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Ken Borland



The John McFarland Column: Let’s get real about the Currie Cup 0

Posted on November 02, 2017 by Ken

 

The Currie Cup final was a real spectacle, but it is a competition that SA Rugby really needs to sort out and it doesn’t any longer have any real bearing on Springbok selection for the end-of-year tour.

The Currie Cup staggered to the playoff rounds, when there was far more interest, but the competition cannot overlap with SuperRugby, teams can’t be playing three games in a week and we can’t have the situation we had this year with the Free State Cheetahs starting with a team on fire, winning five of their first six games, but then having to go and play in the Pro14.

SA Rugby needs to get the crowds back to the Currie Cup, it is the most traditional South African tournament and every player and coach, when they set out on their career, they want to win it. The basis of South African rugby is unions, not franchises, that’s how they run it, so the Currie Cup should be SA Rugby’s main competition.

One must commend the two smaller unions, the Pumas and Griquas, for showing how much they belong in the tournament. The Pumas hammered the Blue Bulls by 50 and Griquas beat eventual champions Western Province, and both teams gave some of the other sides real frights.

The Springboks have shown good continuity in their selection – Lukhanyo Am has been recalled after being in the squad in June, Louis Schreuder was there already and Warrick Gelant has been part of the training camps. You don’t want to keep starting again with new players and you don’t want the situation where guys have to fly in and out because of the game against Wales on December 2 falling outside the international window.

Allister Coetzee has been pretty consistent in selection this year and the players have responded because it shows the coach has belief in them, after a good run in which the only team to beat them has been the All Blacks.

Ireland, they’re first up, will be the toughest game for the Springboks on their tour, because of where they are after a stellar year, but I expect South Africa to beat France, Italy and Wales. If the Springboks can win all four tour games, it would be a very good year indeed.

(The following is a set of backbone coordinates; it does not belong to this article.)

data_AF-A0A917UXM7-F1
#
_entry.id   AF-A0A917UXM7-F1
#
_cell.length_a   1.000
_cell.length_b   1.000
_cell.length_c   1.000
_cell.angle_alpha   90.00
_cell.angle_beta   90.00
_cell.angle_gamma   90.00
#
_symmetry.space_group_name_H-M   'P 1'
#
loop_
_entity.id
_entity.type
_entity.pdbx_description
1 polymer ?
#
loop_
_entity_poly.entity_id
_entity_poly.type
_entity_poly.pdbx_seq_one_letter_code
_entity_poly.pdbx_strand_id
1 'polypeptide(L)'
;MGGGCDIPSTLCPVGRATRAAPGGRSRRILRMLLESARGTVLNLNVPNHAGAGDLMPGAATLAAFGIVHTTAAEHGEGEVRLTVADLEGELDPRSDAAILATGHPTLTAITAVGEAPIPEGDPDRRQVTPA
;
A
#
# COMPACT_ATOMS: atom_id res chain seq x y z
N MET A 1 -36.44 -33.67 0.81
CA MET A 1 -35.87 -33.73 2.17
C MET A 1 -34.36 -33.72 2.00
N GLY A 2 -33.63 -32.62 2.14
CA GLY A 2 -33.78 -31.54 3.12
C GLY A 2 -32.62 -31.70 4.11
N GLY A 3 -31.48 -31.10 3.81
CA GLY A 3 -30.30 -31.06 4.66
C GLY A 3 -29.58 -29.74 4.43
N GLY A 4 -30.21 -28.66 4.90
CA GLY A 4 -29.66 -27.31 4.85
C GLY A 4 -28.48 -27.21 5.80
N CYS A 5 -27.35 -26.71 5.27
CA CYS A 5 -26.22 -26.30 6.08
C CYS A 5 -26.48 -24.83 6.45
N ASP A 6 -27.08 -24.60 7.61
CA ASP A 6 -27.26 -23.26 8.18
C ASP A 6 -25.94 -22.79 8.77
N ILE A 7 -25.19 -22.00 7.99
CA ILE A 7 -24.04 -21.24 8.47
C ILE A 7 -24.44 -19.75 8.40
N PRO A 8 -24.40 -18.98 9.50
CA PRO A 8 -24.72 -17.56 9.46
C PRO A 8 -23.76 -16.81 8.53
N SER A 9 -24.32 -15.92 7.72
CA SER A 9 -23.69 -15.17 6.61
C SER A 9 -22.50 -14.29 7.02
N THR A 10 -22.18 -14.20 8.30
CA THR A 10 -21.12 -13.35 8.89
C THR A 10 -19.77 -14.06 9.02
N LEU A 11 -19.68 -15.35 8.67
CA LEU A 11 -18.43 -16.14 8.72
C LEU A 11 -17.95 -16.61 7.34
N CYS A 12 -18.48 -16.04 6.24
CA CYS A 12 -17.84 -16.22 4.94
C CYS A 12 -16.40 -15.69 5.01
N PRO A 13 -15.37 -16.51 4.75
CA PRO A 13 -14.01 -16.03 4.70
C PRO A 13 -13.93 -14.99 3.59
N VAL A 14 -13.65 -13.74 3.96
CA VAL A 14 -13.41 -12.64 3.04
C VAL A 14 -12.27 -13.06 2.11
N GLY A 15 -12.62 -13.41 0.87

Against Ireland, the Springboks will need a solid lineout and a bit of size around the field, which is why I think Pieter-Steph du Toit will be chosen as a back-row forward from now on. They will need to dominate the set-pieces and have a good kicking game on those fields. The back three will need to absorb pressure and put it back on Ireland because Conor Murray kicks 70% of the time for Munster and kicking from scrumhalf, there’s always a good chase.

The Springbok team is always chosen before the Currie Cup final so that you don’t make emotional decisions, so there are no late inclusions and no outsiders suddenly selected. International rugby is really high-pressure and you need guys who have played well consistently.

Curwin Bosch showed some great moments of class in the final, especially with his kicking game – that drop goal was particularly brilliant. But he’s been in the system since he was 16, part of South African rugby’s elite programs, flagged as a major talent. But it’s obvious he has a weakness in defence, in fact it’s his only real weakness.

This will obviously have to be worked on during the end-of-year tour, but why hasn’t it been worked on already? There are no small centres in international rugby anymore and if he’s going to play in the flyhalf channel then he has no choice – he has to fix his defence or move to fullback.

Robert du Preez certainly put his hand up in the final and I am sure he will get his chance with the Springboks. He now needs a good SuperRugby season.

In the game itself, the other big defensive lapse came when Nizaam Carr picked up against the wheel of the scrum and there was very poor defence by the Sharks flank, it was their dominant scrum but he still allowed the Western Province eighthman to get around him and set up the try.

The final showed the value of a great set-piece and forward-dominance. Western Province were completely in charge from the time their front row was dominant.

The Sharks were maybe a little over-confident after their scrum demolished the Blue Bulls in the semi-finals, but hats off to Wilco Louw and JC Janse van Rensburg.

Wilco has received plenty of deserved plaudits, but hats off to JC as well, who is a real stalwart, especially at the scrummage. Many a tighthead has come off second-best against him and he is unfortunate not to have a Springbok cap, although he did go on tour with us to Great Britain in 2012.